University of Waterloo’s Quantum Source Set for Integration into Canada’s 1st Quantum Satellite

June 11, 2024

WATERLOO, Ontario, June 11, 2024 — After multiple years of prototyping, testing, and simulating the conditions of outer space in labs at the University of Waterloo’s Institute for Quantum Computing (IQC), Dr. Thomas Jennewein and members of his research group are celebrating their next big milestone — their quantum source is finished and ready to be incorporated into the Quantum Encryption and Science Satellite (QEYSSat).

The quantum source, called by the project’s full name, Reference-Frame Independent Quantum Communication for Satellite-Based Networks (ReFQ), is the result of a joint collaboration between Canada and the United Kingdom.

Currently scheduled for launch next year, QEYSSat will carry this small quantum source into space where it will send polarization-encoded photons between itself and ground stations on Earth. ReFQ is a small black box, built to withstand the vibrations of launch and the conditions of space. It has undergone rigorous in-lab testing and is now ready to be shipped to the researchers’ collaborator, Honeywell Aerospace, who is responsible for integrating this source into the main satellite.

“The ReFQ module was developed in an international partnership of researchers in Canada at UWaterloo’s IQC and Honeywell, and in UK at CraftProspect, U Strathclyde and U Bristol,” says Jennewein, an IQC faculty member and professor in the Department of Physics and Astronomy. “This quantum source is now sent to Honeywell for integration into the Canadian Space Agency mission QEYSSat, and will serve as a proof of concept for a future global communications network secured by the laws of quantum physics.”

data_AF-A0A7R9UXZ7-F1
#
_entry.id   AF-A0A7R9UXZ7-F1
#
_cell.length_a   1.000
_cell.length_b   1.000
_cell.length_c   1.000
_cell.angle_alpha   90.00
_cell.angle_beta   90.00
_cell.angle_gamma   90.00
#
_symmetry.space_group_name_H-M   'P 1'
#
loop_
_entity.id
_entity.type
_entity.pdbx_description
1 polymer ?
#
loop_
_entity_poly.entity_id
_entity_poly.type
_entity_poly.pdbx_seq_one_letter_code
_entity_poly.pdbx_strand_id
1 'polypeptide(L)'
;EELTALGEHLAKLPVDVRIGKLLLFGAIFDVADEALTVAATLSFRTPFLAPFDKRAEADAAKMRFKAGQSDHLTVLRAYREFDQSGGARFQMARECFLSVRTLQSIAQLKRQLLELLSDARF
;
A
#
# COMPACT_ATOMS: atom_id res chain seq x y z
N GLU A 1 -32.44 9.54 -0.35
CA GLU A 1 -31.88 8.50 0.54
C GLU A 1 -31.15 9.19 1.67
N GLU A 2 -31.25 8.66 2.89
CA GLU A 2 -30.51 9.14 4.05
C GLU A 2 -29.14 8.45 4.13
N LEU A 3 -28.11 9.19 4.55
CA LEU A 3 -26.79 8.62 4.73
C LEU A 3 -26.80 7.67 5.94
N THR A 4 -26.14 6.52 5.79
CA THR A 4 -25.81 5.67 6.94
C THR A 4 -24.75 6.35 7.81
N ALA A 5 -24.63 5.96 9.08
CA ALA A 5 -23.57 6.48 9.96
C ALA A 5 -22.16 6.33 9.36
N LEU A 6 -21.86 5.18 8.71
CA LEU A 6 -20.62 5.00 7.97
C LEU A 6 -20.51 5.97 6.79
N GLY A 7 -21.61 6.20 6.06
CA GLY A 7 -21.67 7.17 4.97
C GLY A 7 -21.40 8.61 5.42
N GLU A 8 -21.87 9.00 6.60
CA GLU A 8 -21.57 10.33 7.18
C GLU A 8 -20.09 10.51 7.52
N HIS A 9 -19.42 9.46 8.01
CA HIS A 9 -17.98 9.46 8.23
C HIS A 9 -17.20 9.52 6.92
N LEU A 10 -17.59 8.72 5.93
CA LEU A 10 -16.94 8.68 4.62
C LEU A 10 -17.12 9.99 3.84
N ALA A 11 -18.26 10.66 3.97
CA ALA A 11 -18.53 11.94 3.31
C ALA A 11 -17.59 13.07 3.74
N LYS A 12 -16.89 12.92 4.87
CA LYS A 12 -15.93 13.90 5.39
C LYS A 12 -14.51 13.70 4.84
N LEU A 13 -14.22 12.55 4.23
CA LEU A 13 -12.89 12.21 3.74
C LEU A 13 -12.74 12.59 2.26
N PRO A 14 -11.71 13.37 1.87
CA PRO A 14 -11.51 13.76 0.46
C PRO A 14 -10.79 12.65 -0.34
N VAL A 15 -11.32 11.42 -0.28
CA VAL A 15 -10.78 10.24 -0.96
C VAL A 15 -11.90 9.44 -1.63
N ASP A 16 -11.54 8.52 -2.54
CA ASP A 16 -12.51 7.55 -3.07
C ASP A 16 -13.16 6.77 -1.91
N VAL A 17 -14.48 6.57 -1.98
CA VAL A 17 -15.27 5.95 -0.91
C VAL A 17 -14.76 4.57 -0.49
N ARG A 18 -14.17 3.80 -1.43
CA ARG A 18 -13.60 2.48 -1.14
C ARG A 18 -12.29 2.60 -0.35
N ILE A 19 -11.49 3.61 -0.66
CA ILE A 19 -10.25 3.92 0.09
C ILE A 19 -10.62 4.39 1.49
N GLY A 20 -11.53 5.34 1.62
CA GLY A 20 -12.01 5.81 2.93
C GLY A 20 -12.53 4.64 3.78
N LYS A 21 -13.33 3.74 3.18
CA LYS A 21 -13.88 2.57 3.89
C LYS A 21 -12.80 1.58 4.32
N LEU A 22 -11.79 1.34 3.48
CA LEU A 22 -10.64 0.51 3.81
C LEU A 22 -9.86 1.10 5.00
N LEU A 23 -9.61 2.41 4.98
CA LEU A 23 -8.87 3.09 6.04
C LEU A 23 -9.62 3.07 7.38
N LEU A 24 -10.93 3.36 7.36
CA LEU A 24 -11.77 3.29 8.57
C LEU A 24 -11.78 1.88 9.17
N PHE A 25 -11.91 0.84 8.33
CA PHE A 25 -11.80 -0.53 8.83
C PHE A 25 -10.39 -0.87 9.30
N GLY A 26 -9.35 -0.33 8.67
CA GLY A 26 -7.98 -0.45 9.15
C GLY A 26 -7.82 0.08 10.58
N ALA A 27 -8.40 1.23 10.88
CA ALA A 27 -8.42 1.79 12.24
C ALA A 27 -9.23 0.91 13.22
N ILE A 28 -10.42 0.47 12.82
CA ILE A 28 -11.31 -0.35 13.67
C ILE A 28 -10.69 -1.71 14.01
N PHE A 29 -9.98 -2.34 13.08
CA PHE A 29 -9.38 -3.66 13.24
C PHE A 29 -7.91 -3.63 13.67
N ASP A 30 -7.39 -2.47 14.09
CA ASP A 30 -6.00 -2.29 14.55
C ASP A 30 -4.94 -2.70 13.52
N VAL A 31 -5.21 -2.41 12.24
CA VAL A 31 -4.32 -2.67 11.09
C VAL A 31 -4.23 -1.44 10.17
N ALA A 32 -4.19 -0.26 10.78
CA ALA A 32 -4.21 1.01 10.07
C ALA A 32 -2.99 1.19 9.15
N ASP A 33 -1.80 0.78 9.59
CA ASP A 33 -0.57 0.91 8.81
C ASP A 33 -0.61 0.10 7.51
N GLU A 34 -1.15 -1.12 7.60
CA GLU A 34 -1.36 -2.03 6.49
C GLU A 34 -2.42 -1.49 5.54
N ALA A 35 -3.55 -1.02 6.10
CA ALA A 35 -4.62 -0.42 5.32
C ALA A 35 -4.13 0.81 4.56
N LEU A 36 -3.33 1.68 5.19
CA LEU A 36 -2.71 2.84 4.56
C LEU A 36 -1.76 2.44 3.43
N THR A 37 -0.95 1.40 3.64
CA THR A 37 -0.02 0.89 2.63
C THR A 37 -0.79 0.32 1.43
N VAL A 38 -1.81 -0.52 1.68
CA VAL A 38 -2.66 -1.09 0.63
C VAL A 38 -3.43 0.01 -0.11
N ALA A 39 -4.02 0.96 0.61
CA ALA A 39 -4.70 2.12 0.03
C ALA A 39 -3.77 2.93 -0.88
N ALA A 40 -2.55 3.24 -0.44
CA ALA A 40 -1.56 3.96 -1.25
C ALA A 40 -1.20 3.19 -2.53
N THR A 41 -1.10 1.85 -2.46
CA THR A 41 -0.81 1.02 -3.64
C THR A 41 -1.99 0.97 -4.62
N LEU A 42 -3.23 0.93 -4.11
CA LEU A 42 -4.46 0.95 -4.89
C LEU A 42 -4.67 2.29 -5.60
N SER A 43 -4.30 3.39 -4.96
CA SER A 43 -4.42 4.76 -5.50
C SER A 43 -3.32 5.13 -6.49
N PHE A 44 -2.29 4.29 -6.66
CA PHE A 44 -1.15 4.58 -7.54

QEYSSat will test a communication method known as quantum key distribution, a form of cryptography that shares secret keys using principles of quantum mechanics to ensure these keys remain secure. Among quantum satellites and QKD experiments, theirs is unique and will be Canada’s first quantum satellite. The quantum source will run a reference frame independent quantum communication protocol, which only requires the parties to agree on a single photon polarization basis to be able to extract a quantum key.

“It’s really exciting to see the culmination of this three-year project,” said Dr. Paul Godin, Senior Technologist: Satellite Quantum Communications at IQC. “We went through a breadboard model, engineering model, and finally we have this flight model. Our end-to-end demo has shown that it is working and behaving well. It is a very promising position, the culmination of years of hard work.”

With the restrictions of spaceflight size and weight, ReFQ was initially an engineering puzzle, requiring the researchers to fit all the necessary components into a device smaller than 10 x 10 x 4.8 cm cubed, and under 600 grams.

ReFQ has now undergone thorough testing to simulate the conditions it will experience on the satellite. This testing has proved that ReFQ generates quantum keys at the desired rates, even under conditions that are more extreme than those it will experience in outer space.

“We’ve done our best to simulate the conditions of a satellite pass as best we can, and so far, we’ve seen some very nice preliminary results,” says Justin Schrier, a PhD student at IQC and the Department of Physics and Astronomy. “It’s exciting to see things finally working all together.”

Now that the quantum source has been shipped to Honeywell, the researchers will be turning their attention to finalizing the ground stations both at IQC and at the University of Calgary. Once the satellite has launched, these ground stations need to be ready to communicate with QEYSSat from the comfort of planet Earth.


Source: University of Waterloo

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